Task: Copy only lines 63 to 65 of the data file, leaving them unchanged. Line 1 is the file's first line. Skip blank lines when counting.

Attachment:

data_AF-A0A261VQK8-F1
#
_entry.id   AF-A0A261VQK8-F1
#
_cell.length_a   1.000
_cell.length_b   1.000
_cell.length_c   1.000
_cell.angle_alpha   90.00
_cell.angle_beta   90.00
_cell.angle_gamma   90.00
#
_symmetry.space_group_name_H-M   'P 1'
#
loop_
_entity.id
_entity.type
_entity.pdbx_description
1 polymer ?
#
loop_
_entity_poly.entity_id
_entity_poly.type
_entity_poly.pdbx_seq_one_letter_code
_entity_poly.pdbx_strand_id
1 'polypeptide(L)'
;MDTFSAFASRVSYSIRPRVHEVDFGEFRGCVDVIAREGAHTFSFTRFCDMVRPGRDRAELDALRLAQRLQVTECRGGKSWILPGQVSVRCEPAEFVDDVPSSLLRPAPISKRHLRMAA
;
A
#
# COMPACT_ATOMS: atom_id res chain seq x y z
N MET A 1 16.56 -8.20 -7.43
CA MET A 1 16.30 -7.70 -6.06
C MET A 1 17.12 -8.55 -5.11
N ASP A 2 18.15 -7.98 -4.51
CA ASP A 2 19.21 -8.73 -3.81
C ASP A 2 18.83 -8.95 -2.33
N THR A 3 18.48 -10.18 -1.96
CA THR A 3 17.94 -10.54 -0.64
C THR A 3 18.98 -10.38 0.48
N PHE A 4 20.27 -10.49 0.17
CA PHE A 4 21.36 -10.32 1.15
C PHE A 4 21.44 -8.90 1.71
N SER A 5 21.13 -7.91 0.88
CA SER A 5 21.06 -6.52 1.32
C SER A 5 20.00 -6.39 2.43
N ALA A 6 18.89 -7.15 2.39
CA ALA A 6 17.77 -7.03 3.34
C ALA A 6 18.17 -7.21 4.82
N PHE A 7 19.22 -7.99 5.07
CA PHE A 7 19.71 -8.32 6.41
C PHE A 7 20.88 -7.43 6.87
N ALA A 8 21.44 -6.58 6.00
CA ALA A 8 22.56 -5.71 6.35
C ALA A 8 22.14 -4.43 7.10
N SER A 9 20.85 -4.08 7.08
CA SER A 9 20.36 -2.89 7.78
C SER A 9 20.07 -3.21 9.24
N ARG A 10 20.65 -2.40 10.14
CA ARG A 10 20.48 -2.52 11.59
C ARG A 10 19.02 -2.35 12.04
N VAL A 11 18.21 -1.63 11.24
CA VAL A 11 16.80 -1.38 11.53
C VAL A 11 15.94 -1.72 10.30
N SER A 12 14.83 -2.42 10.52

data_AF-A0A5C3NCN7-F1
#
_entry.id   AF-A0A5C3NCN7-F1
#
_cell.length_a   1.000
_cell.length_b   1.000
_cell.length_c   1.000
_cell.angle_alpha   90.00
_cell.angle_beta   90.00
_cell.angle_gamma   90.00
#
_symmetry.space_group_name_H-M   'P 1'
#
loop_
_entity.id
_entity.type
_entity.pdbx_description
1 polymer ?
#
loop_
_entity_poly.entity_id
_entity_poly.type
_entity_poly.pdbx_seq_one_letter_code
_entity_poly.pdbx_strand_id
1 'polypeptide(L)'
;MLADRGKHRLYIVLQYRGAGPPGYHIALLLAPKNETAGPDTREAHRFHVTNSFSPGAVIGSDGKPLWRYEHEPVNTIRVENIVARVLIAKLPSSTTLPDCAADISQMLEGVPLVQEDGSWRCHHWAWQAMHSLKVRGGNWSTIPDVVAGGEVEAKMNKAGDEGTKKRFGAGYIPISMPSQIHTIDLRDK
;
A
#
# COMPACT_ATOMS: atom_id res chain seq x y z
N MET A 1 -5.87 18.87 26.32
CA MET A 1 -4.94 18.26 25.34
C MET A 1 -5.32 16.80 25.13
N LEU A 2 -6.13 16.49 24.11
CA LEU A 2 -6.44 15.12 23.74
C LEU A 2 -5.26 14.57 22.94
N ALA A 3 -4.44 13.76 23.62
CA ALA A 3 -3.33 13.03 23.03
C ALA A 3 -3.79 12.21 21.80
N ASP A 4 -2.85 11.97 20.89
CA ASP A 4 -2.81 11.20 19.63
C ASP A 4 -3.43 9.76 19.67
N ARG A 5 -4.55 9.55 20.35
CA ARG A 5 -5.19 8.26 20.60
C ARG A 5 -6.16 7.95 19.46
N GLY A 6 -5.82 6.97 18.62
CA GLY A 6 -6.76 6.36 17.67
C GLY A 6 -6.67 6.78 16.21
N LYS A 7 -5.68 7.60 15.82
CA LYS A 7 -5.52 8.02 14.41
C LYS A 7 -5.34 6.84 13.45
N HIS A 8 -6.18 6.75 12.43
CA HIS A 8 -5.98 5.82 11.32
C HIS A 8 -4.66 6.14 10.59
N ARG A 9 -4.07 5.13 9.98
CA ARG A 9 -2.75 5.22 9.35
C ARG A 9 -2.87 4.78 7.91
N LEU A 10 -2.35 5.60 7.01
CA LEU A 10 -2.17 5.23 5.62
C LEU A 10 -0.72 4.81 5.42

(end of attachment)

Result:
C VAL A 11 15.94 -1.72 10.30
N SER A 12 14.83 -2.42 10.52

data_AF-A0A5C3NCN7-F1